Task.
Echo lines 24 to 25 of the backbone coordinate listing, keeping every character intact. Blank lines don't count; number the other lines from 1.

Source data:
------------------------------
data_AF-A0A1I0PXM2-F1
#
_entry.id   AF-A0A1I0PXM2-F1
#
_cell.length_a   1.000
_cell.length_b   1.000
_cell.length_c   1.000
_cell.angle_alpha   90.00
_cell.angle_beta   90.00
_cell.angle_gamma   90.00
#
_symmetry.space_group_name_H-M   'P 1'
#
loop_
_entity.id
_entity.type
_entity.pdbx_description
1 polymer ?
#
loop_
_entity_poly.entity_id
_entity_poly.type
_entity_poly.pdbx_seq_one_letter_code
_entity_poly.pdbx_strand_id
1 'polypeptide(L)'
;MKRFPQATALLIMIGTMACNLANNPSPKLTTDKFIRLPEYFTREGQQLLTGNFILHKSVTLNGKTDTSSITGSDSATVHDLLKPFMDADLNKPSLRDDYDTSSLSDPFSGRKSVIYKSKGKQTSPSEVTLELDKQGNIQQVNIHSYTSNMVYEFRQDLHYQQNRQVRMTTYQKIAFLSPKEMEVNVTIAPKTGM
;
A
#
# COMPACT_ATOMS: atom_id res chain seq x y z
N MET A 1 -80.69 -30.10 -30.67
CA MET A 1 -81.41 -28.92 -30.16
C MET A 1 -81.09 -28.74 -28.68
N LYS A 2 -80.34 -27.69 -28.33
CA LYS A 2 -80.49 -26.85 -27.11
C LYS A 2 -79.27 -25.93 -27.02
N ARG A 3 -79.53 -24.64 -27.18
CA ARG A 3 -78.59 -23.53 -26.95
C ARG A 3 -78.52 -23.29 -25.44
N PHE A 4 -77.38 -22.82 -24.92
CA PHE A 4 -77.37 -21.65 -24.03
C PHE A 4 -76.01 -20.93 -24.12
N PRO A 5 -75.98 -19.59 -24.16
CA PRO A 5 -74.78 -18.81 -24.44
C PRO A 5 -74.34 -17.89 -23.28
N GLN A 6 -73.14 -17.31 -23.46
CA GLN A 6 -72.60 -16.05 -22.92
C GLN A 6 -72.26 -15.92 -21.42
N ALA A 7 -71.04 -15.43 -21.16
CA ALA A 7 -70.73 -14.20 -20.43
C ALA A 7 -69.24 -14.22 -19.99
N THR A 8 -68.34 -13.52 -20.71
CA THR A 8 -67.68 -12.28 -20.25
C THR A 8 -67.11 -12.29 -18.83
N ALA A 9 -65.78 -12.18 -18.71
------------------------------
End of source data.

_entity_poly.pdbx_strand_id
1 'polypeptide(L)'